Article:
Avista Dev., LLC
v.
Aldrich

This case is not covered by Casetext's citator
COURT OF APPEAL, FOURTH APPELLATE DISTRICT DIVISION ONE STATE OF CALIFORNIAMar 15, 2016
D069076 (Cal. Ct. App. Mar. 15, 2016)

D069076

03-15-2016

AVISTA DEVELOPMENT, LLC et al., Plaintiffs and Appellants, v. MARK ALDRICH et al., Defendants and Appellants.

Dentons US, David Simonton, Joshua Kroot for Plaintiffs and Appellants. Lester & Cantrell, Mark S. Lester, David Cantrell and Colin A. Northcutt for Defendants and Appellants.


NOT TO BE PUBLISHED IN OFFICIAL REPORTS

California Rules of Court, rule 8.1115(a), prohibits courts and parties from citing or relying on opinions not certified for publication or ordered published, except as specified by rule 8.1115(b). This opinion has not been certified for publication or ordered published for purposes of rule 8.1115. (Super. Ct. No. CIVDS1204644) APPEALS from an order of the Superior Court of San Bernardino County, David S. Cohn, Judge. Affirmed. Dentons US, David Simonton, Joshua Kroot for Plaintiffs and Appellants. Lester & Cantrell, Mark S. Lester, David Cantrell and Colin A. Northcutt for Defendants and Appellants.

The parties appeal an order granting in part a special motion to strike under Code of Civil Procedure section 425.16, the anti-SLAPP (strategic lawsuit against public participation) statute. The operative second amended complaint (SAC) filed by plaintiffs Avista Development, LLC (Avista), United Strategies, Inc. (United), Brownfield Group, LLC (Brownfield), Bruce Cash, and Carrie Cash (collectively, Plaintiffs), alleges five causes of action: (1) conversion; (2) trespass to chattels; (3) trespass to land; (4) nuisance; and (5) fraud. The trial court granted the anti-SLAPP motion filed by defendants Mark Aldrich, Ted Dutton, Jo Dutton, and School Facility Advisors, Inc. (collectively, Defendants) as to the fraud claim, and denied the motion as to all of the other causes of action.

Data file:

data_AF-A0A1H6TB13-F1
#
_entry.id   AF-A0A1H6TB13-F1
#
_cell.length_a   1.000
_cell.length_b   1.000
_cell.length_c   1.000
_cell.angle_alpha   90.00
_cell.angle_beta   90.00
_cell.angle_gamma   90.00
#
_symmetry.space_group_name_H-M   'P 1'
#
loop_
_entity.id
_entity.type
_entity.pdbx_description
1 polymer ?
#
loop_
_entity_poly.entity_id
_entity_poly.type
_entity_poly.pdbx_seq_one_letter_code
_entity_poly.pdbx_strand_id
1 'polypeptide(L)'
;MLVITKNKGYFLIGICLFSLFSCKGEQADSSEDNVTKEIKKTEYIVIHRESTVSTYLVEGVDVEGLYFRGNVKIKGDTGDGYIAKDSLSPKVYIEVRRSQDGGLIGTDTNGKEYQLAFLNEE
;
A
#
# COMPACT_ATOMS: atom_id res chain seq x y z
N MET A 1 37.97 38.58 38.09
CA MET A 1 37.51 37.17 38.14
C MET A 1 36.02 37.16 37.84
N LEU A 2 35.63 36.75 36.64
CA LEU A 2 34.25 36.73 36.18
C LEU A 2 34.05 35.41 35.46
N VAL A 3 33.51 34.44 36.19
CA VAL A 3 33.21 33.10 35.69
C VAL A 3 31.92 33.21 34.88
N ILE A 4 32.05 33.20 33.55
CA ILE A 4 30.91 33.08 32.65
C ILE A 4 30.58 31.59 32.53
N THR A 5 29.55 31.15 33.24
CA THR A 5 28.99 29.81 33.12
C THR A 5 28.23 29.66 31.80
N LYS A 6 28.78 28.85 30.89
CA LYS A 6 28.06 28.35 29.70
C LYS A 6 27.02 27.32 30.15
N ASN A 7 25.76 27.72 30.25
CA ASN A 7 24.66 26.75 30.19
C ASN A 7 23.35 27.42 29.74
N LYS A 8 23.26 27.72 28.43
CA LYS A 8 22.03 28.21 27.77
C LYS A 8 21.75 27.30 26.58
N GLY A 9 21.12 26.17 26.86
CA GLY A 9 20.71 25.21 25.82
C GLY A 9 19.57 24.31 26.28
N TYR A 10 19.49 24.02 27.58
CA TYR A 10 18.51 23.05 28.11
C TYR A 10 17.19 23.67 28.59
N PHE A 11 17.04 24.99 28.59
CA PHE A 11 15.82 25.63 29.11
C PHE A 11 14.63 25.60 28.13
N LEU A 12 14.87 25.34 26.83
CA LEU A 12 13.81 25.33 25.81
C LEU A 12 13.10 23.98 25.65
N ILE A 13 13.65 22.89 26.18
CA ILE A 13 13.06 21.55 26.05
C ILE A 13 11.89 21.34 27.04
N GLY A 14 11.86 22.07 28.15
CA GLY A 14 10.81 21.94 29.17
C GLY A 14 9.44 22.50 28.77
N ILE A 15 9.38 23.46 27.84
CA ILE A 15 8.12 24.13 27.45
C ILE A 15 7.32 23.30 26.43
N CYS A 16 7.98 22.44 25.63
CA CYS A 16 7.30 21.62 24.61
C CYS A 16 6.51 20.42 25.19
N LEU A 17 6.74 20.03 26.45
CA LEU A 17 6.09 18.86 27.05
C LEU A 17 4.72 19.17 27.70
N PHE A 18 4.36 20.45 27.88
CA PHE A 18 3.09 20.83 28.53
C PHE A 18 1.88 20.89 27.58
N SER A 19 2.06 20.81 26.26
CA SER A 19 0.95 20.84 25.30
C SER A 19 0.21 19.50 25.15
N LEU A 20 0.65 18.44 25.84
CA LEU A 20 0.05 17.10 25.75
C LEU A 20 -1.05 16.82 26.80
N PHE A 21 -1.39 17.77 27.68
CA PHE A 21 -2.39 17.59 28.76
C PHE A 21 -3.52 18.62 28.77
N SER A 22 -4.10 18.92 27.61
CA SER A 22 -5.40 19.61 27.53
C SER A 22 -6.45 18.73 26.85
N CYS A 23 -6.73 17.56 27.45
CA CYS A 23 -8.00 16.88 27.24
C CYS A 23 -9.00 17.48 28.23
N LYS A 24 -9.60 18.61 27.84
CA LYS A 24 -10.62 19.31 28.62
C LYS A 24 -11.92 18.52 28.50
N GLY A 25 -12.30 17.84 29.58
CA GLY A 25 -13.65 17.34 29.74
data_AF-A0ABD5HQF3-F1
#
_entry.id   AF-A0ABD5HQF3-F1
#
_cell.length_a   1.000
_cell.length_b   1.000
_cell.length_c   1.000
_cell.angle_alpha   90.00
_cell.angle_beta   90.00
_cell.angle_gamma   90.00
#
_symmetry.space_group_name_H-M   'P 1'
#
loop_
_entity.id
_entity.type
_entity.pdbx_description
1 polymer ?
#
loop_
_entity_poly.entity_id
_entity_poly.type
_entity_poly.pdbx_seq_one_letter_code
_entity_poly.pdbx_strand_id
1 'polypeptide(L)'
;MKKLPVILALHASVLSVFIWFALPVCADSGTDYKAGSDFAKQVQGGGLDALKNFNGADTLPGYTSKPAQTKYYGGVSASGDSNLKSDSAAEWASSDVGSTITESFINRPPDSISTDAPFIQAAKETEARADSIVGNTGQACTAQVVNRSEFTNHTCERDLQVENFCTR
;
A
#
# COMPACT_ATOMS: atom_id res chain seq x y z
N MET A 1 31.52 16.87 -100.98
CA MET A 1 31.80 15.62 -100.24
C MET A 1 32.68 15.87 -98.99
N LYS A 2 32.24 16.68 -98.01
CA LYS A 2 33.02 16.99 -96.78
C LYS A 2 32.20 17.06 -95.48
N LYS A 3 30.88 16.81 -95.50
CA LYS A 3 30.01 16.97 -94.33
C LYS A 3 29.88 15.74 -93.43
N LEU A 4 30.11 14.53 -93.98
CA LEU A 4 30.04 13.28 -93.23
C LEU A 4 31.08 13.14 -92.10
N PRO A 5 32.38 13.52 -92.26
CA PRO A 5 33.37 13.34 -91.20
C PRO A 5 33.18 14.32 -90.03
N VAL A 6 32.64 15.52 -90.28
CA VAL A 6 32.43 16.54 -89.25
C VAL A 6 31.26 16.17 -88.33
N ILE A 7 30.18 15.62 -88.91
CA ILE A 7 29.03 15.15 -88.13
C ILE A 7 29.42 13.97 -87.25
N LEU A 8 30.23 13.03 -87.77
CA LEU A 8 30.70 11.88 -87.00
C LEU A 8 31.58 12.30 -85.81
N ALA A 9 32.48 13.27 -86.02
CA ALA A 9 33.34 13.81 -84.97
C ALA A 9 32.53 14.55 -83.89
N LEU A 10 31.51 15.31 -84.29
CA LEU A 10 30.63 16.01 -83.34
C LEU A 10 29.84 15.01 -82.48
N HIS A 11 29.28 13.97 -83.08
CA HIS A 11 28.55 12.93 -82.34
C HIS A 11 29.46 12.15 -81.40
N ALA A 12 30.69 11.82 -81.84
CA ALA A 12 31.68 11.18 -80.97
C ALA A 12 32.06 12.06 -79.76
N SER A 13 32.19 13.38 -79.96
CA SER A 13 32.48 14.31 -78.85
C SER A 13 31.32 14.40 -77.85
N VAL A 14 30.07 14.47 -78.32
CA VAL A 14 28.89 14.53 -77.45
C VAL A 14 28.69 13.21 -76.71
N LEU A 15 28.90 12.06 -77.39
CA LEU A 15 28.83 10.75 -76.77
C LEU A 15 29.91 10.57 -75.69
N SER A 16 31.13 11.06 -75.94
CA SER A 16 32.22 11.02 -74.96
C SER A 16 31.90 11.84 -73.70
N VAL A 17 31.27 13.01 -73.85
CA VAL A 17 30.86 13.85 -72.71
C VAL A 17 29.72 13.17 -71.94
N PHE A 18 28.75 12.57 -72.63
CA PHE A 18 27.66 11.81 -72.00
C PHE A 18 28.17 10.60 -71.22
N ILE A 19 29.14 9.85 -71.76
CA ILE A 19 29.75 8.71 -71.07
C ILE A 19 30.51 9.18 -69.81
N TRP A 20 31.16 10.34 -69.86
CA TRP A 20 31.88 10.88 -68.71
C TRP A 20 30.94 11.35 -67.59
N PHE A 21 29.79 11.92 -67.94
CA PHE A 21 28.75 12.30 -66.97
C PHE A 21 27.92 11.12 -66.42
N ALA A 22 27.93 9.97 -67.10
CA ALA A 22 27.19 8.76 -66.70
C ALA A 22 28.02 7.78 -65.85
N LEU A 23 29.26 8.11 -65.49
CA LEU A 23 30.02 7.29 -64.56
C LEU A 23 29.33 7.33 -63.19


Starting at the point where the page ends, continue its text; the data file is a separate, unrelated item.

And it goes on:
All further statutory references are to the Code of Civil Procedure unless otherwise specified.

The parties dispute whether Plaintiffs' causes of action arise from protected activities. Defendants contend that all of Plaintiffs' causes of action arise from communications made at a judgment debtor examination, which constitutes protected activity, and thus, that the entire SAC must be stricken under the anti-SLAPP statute. Plaintiffs maintain that their claims arise from extrajudicial and noncommunicative acts by Defendants that occurred after the judgment debtor examination, and that interfered with Plaintiffs' use of their property. We conclude that the gravamen of the first through fourth causes of action is not based on protected activity in furtherance of the Defendants' rights of petition or free speech, but that the fifth cause of action, for fraud, does arise from protected conduct, and Plaintiffs did not establish a likelihood of prevailing on the fraud claim. Accordingly, we affirm the trial court's order.

FACTUAL AND PROCEDURAL BACKGROUND

A. Ted Dutton's judgment against the Cashes